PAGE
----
The next two weeks were the longest two weeks of my life. I searched every sign and symptom on the internet and it got to the point where my husband left for work and took my laptop with him so that I couldn’t worry myself anymore. We got to THE day… I went in for my blood test convinced it was just a formality and I knew I wasn’t pregnant. The Dr said “congratulations” but all I heard in my head is “it’s negative” so I asked “so what do we do next” and she said “maybe you didn’t hear me, sit down this time, you are PREGNANT…congratulations. We will do a repeat level in 48 hours to confirm that things are progressing as per normal”.
One week later I started to bleed, really bleed, hard. I went to the Dr. and there was nothing to be done. They did an ultrasound and saw the egg sack, they repeated the blood test and my levels were continuing to look good. They sent me home. The bleeding was getting worse. The next week I was sent to the ER and was told the pregnancy wasn’t viable, I should terminate or it was just a matter of time until I lost the pregnancy. I refused. I was sent home to bed. A week later and still bleeding I had a follow up ultrasound and there is a beautiful heartbeat of 176 and the levels are still looking good. I continued to bleed, heavier than a period for the next four weeks, in and out of emergency visits to the OB and ultrasounds. At 10 weeks the doctor was sure I miscarried based on a late night call. The day before I had terrible cramps, probably the worst I had ever experienced, the symptoms and what we saw in the toilet. The doctor had us take what we saw in the toilet out, put it in a bag and store it in the freezer until the morning. We stayed up all night crying and holding each other; and with swollen eyes and trembling knees we carried ourselves and our frozen plastic bag into the doctor’s office at 8am. The ultrasound showed our baby with a strong heartbeat and I had a blood clot. There were multiple theories about what happened that night but our baby had a strong heartbeat and that’s all we heard. I was still bleeding and I continued to bleed until 12 weeks and 1 day gestation.
As frightened as I was while I was bleeding, the fear did not ease when the bleeding stopped. I was in the doctor’s office weekly while bleeding, the frequency of the ultrasounds and the heartbeat checks, I knew my “tad-cub” was still inside me and alive. When the bleeding stopped I was told to be tough and it was time to start the dreaded monthly OB visits and stop the nightly progesterone shots. I was told “relax; you have to find a way to enjoy this pregnancy”. Are you freaking kidding me? RELAX!! Enjoy this pregnancy? Did you just read everything I went through? If you think I was able to relax than please go re-read everything above. How was I going to enjoy this pregnancy when everything I prayed, everything I wished for, everything I dreamed for, a little life – was inside me and I didn’t know how this life was doing?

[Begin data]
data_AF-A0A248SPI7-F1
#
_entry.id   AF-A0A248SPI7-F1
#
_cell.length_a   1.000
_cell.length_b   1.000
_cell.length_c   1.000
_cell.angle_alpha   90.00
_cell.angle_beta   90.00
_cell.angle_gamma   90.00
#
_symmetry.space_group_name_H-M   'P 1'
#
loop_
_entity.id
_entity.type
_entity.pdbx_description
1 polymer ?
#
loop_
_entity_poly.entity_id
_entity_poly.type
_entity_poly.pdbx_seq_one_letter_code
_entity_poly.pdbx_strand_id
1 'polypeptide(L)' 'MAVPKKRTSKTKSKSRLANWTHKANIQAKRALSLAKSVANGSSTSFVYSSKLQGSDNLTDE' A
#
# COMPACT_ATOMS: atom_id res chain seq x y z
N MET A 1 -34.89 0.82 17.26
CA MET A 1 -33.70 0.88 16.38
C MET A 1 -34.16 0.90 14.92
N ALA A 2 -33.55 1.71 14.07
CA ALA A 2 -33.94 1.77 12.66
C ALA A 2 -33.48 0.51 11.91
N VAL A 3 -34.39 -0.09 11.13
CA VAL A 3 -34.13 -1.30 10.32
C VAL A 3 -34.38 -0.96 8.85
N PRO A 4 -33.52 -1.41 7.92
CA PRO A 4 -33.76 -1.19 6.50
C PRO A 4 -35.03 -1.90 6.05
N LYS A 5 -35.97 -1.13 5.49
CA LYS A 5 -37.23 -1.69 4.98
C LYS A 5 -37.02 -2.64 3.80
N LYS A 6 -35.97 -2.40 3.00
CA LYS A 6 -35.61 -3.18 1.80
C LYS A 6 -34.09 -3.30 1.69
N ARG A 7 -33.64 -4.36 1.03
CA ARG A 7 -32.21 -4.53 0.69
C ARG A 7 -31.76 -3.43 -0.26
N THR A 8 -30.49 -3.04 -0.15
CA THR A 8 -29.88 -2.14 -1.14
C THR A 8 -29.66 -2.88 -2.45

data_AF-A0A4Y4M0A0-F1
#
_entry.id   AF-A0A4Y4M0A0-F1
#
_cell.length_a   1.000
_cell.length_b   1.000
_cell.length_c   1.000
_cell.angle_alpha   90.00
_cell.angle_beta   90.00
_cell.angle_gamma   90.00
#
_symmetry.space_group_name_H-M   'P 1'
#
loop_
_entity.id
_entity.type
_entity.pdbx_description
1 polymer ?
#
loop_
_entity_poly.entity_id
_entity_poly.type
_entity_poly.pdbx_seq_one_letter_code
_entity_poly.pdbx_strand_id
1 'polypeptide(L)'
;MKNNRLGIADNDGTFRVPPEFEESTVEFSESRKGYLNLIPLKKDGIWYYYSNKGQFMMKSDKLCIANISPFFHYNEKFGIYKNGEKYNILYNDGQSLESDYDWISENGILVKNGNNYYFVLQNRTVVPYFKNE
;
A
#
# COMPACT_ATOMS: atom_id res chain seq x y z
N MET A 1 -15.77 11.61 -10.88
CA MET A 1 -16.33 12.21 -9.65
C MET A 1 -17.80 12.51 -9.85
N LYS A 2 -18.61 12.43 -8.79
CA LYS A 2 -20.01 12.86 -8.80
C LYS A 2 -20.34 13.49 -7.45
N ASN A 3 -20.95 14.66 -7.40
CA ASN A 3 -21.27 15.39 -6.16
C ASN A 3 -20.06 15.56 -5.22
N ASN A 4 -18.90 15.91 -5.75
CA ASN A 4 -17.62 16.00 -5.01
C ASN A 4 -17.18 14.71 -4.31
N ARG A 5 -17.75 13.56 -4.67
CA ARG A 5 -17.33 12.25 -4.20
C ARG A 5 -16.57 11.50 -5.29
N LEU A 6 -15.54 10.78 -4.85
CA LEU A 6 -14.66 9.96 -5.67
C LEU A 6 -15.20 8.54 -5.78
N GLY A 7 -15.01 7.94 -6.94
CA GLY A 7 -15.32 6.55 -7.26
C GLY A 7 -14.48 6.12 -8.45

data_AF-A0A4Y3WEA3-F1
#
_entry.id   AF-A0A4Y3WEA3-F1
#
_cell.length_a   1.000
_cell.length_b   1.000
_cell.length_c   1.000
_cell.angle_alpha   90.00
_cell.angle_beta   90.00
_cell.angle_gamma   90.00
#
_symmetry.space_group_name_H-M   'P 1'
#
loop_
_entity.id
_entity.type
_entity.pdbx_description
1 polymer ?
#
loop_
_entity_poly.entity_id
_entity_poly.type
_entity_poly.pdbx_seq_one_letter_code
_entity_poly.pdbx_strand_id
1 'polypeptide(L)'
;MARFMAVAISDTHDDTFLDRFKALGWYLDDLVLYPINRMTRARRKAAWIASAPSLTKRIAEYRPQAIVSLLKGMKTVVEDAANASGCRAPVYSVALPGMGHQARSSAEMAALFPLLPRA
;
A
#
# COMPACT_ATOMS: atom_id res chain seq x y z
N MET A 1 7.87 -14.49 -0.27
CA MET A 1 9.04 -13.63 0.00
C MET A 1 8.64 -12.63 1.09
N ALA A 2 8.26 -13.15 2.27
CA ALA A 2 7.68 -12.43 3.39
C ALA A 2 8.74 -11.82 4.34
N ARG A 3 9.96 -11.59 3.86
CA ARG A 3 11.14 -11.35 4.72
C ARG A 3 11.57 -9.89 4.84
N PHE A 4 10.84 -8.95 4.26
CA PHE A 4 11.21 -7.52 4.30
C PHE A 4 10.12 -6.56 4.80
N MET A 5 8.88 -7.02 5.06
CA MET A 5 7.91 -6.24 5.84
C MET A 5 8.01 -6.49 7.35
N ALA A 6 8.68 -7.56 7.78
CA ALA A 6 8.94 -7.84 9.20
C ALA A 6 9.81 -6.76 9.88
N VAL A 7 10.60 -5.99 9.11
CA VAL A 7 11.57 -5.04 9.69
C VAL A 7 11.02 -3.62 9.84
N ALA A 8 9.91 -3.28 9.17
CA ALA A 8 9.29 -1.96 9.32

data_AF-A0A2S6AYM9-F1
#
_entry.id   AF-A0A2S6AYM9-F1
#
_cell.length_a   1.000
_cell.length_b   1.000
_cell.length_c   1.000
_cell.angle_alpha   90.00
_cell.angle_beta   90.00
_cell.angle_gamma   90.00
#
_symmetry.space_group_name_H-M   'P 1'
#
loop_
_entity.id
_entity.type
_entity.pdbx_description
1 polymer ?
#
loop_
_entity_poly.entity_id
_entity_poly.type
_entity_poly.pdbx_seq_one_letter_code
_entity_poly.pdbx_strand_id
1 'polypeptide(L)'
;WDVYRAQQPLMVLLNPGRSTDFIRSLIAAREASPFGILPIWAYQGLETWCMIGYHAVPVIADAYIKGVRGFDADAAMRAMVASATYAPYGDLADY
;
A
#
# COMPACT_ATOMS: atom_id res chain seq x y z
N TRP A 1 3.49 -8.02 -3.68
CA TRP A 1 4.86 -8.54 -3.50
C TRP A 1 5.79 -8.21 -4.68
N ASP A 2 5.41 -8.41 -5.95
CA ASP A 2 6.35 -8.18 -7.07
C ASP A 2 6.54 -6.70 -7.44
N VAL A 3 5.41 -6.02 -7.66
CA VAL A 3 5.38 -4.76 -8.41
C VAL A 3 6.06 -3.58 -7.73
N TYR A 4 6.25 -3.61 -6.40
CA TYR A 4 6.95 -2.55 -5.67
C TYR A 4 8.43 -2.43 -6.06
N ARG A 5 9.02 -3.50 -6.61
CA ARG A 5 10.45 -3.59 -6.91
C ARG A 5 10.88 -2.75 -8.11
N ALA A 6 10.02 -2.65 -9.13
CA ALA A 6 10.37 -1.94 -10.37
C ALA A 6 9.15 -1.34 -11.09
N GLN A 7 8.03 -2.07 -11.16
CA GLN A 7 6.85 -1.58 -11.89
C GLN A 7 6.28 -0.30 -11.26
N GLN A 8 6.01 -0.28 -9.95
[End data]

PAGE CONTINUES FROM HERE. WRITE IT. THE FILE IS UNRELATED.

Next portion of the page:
The doctor wrote down on a prescription pad “enjoy your pregnancy”. I filled this prescription at my local marriage pharmacy. This meant nightly foot rubs and once a week spaghetti night. It also meant that my husband became a FROG. Yep, one night he literally jumped into bed like a frog. I busted out laughing with everything I had “you’re a FROG”. He was already my bear, but now he was a FROG….and this is how our baby became a “tad-cub”.
Everything You Want Is On The Other Side of Fear --- Jack Canfield
At 27 weeks gestation I was diagnosed with gestational diabetes. At 33 weeks our hearts sank again when I had a biophysical ultrasound related to the GD and it appeared that our baby had a possible heart deformity. We were sent to a neonatal-cardiologist for evaluation and transitioned to the high-risk care team for ultrasounds and stress tests three times a week.
At 34 weeks I completed my capstone and received my MBA; it was time to nest and have a baby. Yes, during all of this, I worked full-time and was a full-time student in graduate school, and during the possible miscarriage gave my step-daughter a rocking birthday party and she had no idea what was going on.